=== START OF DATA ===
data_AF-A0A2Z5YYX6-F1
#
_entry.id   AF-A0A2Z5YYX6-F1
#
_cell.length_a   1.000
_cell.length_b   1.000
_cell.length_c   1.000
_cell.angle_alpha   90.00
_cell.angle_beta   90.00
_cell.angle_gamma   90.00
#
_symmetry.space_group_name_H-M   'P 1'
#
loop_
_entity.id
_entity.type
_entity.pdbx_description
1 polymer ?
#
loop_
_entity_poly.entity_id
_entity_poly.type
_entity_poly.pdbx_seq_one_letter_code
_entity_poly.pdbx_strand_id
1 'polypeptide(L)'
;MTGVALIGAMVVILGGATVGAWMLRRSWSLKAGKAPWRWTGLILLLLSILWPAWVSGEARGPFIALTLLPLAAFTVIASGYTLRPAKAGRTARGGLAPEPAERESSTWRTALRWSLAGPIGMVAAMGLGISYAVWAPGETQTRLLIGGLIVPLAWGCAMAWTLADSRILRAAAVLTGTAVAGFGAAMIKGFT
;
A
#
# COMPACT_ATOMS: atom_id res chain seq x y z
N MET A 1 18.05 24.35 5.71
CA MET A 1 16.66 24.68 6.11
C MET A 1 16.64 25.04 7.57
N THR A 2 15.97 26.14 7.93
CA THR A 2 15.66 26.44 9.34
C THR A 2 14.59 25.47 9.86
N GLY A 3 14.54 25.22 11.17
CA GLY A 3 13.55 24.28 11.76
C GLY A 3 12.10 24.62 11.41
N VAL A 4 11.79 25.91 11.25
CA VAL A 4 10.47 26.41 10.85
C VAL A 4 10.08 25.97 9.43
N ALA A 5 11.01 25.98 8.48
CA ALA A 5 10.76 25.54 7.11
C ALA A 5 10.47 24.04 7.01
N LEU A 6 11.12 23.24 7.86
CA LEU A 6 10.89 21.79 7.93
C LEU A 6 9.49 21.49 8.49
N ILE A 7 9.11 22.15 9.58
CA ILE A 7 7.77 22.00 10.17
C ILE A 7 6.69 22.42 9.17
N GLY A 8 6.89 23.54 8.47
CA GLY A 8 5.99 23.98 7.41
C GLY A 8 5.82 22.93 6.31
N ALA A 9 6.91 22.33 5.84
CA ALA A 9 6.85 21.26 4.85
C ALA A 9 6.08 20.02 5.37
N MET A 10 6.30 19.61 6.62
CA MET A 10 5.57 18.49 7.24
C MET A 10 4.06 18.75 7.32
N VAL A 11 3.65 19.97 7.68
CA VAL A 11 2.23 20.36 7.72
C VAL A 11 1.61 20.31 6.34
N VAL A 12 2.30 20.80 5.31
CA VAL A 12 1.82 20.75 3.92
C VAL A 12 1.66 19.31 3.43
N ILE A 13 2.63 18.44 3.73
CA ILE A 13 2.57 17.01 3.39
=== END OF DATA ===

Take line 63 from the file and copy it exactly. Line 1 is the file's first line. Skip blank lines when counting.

C VAL A 11 1.61 20.31 6.34